16. 16.  Guy‟s overarching motivation seems to be his desire to break into politics. Whether this is a result of the survival instinct or male competitiveness is a matter of opinion. This also helps to explain his rather bloodless relationship with Anne.
  17. 17.  Mervyn Nicholson says: “There is no indication of any political agenda or cause that means anything to this young man. [He is] someone who wants to climb the ladder of power and prestige...perhaps fuelled by strong feelings of social inferiority (symbolised by Miriam) and of threatened identity due to failed ambition.”
  18. 18.  Characters • Bruno Antony (Robert Walker)  Established as the antagonist: suave and smooth but effeminate and, therefore, threatenin g to Guy. Established as a loser or a „bum‟ in comparison to Guy: “I certainly admire people who do things.”
  19. 19. • Minimal development across the course of the narrative. His strengths and weaknesses at the end are the same as at the start.
  20. 20. • The only thing that really changes is how much information the audience has about him. His guilt over Miriam‟s murder (to the point of collapsing at the party) is the first real sign of his weakness, but we can assume this is an innate aspect of his character.
  21. 21. • His relationship with Guy is key.• His close relationship with his mother is significant, and is used to suggest his homosexuality or, at least, his „difference‟. There is an Oedipal quality to their relationship; that is, she seems closer to Bruno than she does to her husband.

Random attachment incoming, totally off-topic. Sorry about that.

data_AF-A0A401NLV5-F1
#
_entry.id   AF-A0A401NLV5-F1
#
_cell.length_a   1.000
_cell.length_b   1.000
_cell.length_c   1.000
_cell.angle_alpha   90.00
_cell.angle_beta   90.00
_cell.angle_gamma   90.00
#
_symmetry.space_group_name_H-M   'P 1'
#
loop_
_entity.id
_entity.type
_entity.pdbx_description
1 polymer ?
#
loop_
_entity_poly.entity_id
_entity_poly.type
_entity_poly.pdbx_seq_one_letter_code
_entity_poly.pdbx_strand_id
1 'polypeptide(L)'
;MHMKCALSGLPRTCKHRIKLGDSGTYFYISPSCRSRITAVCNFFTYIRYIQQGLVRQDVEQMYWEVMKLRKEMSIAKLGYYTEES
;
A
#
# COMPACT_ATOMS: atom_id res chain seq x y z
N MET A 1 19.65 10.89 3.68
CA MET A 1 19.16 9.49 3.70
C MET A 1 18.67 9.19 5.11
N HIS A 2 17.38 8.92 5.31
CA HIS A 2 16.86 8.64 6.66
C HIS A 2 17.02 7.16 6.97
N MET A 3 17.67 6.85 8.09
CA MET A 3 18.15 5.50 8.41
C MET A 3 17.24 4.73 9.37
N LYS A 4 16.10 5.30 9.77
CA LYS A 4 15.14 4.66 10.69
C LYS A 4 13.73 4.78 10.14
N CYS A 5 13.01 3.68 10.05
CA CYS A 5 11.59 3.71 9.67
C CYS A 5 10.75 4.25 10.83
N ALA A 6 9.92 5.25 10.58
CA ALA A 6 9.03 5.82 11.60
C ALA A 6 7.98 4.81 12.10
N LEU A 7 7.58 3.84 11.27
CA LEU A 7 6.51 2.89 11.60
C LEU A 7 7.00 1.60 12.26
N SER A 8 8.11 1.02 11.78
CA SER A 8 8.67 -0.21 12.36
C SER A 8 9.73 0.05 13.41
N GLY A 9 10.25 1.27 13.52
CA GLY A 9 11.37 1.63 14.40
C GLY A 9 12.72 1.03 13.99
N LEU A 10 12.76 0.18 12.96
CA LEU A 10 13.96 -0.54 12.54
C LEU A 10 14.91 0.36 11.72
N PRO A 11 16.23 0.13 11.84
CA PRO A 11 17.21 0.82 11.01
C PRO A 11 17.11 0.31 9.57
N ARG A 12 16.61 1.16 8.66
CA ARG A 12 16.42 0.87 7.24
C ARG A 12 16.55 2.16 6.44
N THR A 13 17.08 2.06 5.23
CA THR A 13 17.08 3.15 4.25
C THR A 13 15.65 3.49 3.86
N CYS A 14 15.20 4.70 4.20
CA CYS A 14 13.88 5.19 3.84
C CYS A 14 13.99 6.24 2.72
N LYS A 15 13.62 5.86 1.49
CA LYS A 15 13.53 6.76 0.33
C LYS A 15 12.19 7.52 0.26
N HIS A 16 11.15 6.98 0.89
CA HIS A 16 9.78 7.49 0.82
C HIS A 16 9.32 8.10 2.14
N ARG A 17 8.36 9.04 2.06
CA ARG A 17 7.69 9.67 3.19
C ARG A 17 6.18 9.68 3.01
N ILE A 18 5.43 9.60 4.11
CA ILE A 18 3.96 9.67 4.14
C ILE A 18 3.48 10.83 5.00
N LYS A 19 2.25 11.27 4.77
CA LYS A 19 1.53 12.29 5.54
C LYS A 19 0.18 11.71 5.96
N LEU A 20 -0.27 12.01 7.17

22. 22. • His relationship with his father hints at his estrangement (or “long distance”) from the patriarchal American society. The bemused response of Anne‟s father, Senator Morton, when he meets Bruno, helps to reinforce how distant Bruno is from the „norm‟.
  23. 23. • His motivation echoes that of Guy‟s. He wants to be accepted by society, and thinks he can achieve this if he can merge his persona with Guy‟, in a sense, „become‟ Guy.
  24. 24. • Unfortunately for him, he just isn‟t up to it because he‟s a psychopath. His methods of getting what he wants are not morally or socially acceptable, whereas Guy‟s are. Playing tennis, getting into politics and romancing a refined lady are far more acceptable ways of “winning” than murder.
  25. 25.  Setting – physical/geographical • United States, 1951. • New York City: Forest Hills Tennis Club • Metcalf: fictional town between NYC and Washington DC. Guy and Miriam‟s hometown. • Washington DC: Political centre of USA. Guy lives there now, as do the Mortons.
  26. 26.  Setting – physical/geographical
  27. 27.  Setting – physical/geographical • New York City: represents success, “winning”. • Metcalf: represents Guy‟s old “loser” life, connected closely to Miriam. The amusement park is a place to kill time. • Washington DC: represents Guy‟s aspirations to be involved in politics.
  28. 28.  Setting – physical/geographical The Capitol Building (House of Congress) looms large over the street outside Guy‟s house. Close inspection reveals it‟s a composite image, so it‟s a very deliberate choice on Hitchcock‟s part.
  29. 29.  Setting – physical/geographical The Thomas Jefferson Memorial. Bruno stands ominously on the steps as Guy drives past, an obstacle to Guy‟s political ambitions.
  30. 30.  Setting – social • Wealthy, proper, upper-class society in Washington. Very white (and note the black manservants). At the party are the d‟Arvilles (representative of education and culture), the judge (symbol of mainstream morality) and important military men.
  31. 31.  Setting – social • Washington contrasts with the simple, small- town values of Metcalf. In the scene at right, the tree, a bold slash down the middle of the screen helps to emphasise the divide between Bruno and the amusement park man, who says, “Okay, so I ain‟t educated.” And the crates of cheap root beer stand in stark contrast to the martinis of the Washington soiree.
  32. 32.  Setting – emotional/atmospheric • Hitchcock “plays against type” with his settings, especially at the amusement park.